Larry Burden’s This Day In The RCMP

The achievements and contributions of the Force have been built upon the individual contributions of many past Veterans. These contributions have largely been forgotten.

Veteran Sgt. Larry Burden ( #35982), who served  in “E” Division for 20 years, has spent over ten years researching and summarizing these achievements by specific date.  Nearly every day, Larry sends out an email message with a selection from his work in progress manuscript “This Day In The RCMP” to individuals interested in these historical notes.

In an effort to share his research to a large group, Larry has agreed to permit us to develop a webpage on our website. Each webpage will post Larry’s historical notations over the past week.

If you wish to contact Larry Burden or provide additional information about his research, please email him at

November 22nd

1915– #4054 Sergeant Robert Mundy was awarded $100 from the Fine Fund and promoted to Staff Sergeant for his meritorious service in the investigation and conviction of George Ball for the murder of William Long, in Whitemud, Saskatchewan.

1966– Honour Roll Number133.

#23018 Constable Gordon Donald Pearson age 23 was killed by Charles Wilfred Hill, when investigating a disturbance, at Winterburn, Alberta.

Shortly after 2:15 AM, Constable Pearson attended to complaint of three men fighting at the Holly Esso Café near Winterburn, Alberta. When he arrived, the primary suspect, Charles Wilfred Hill, had already left the scene. Pearson interviewed some of the patrons and two of the men involved in the fight and was about to leave when Hill walked into the café armed with a .303 rifle. Constable Pearson calmly turned to speak with the gunman, but before he could say anything or do anything Hill shot him twice, hitting him in the wrist and the stomach.

Hill then moved about the restaurant and shot and wounded one of the men who was involved in the dispute, and then shot another innocent bystander before leaving. A café customer, Shirley Parrish knew that Cst. Pearson’s stomach wound was the most serious of the three wounded men, and with the help of other patrons loaded Pearson into her car and she rushed him to the hospital in Edmonton. Sadly, he died a few hours later.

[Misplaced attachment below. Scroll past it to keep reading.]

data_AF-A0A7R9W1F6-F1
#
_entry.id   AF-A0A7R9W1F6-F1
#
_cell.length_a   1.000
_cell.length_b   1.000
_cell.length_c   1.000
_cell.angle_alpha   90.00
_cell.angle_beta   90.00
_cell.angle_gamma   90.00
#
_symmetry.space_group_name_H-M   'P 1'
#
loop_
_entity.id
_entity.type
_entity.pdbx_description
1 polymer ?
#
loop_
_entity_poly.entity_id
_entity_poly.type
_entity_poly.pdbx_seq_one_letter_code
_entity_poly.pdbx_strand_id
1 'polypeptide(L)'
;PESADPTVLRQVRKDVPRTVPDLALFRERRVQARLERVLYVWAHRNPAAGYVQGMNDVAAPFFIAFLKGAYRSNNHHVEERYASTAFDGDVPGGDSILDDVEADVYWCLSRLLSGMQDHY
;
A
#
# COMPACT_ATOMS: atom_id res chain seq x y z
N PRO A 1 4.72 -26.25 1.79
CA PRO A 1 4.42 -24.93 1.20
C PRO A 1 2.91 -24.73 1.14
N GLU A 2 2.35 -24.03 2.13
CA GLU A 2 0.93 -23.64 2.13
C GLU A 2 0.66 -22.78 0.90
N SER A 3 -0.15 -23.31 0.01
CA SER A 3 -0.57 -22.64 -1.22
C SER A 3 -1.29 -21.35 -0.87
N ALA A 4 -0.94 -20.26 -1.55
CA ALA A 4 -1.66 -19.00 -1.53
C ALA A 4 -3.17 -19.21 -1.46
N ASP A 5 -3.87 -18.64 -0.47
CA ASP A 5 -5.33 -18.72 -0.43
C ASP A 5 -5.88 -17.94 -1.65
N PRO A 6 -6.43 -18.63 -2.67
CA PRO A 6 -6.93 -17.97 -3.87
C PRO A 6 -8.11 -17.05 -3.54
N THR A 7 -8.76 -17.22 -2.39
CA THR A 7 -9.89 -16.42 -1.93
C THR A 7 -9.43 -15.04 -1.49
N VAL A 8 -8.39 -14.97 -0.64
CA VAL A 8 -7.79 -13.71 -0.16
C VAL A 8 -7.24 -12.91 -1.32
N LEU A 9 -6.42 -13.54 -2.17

Hill was arrested the same morning and was later convicted of Pearson’s murder and sentenced to hang, but he appealed and received a second trial where he pleaded guilty to non-capital murder and was sentenced to life in prison.

Constable Pearson joined the RCMP on April 3, 1963 and was survived by Amy, his wife of only three months. He was buried with full honours at the cemetery at Neerlandia, Alberta.

1969– Six members received commendations for capturing an armed youth in a stolen truck at Biggar, Saskatchewan.

After the police seized some liquor from a local youth and took him home to his parents, the boy ran away in a fit of rage. He then stole his uncle’s pick-up truck and his .22 rifle.

In an attempt to capture the boy, constables #24893 Robert J.E. LeGrouix and #26522 Roy J.W. Karwaski (Also see May 4, 1980, Honour Roll #164) pursued the boy but he ran a roadblock and eventually became stuck when he attempted a U-turn.

After leaving the stolen truck the gunman walked towards Constable LeGerouix and refused to drop his rifle. As constables #25914 V. Bryan Scowby, and #26375 William H. Ellwood arrived on the scene the boy commandeered a passing vehicle and ordered the occupants out at gunpoint and sped off towards the town of Biggar. There he ran another roadblock manned by Sergeant #18302 Kasimer Klama, and Constable J.P. Brown.

As the vehicle ran through the roadblock Constable Brown fired several shots at the fugitives’ tires and then chased after him in his own personal vehicle reaching seeds of 90 miles per hour.

The pursuit continued on with Browns personal car and several police vehicles until the suspect was finally stopped when Constable Ellwood shot out his tires.  Sgt. Klama and Constable Ellwood then approached the driver and eventually convinced him to surrender after he repeatedly threatened to kill himself.

Sergeant Klama and Constable Ellwood were awarded Commissioners Commendations for Bravery along with cheques for $100 from the Fine Fund for their actions. The other policemen were awarded Commanding Officers Commendations.

1980– The Bronze Life Saving Medal was awarded by the Most Venerable Order of St. John of Jerusalem to #31134 Constable Terrance A. Cameron, who on this day was snowmobiling on, Island Lake, in Manitoba with Band Constable M. Beardy. When Constable Beardy’s snowmobile broke through the ice, Constable Cameron risked his life to pull his partner out of the water and back to safety. Before the Bronze Medal can be awarded it must first be approved by Her Majesty the Queen.

November 21st

1950– The worst military train accident in Canadian history.

#15596 Constable Abram Willims thought that his term as the relief constable for the one-man Blue River detachment was going to be uneventful. Unfortunately, the military troop train from Camp Shilo, Manitoba collided head on at Canoe River, BC south of Valemount, with the regularly scheduled Canadian National Railways eastbound transcontinental passenger train. The military train, carrying 23 officers and 315 men of the Second Regiment; Royal Canadian Horse Artillery (2 RCHA) was en-route to Fort Lewis Washington, where the men would be conducting winter warfare training before being deployed to the Korea War.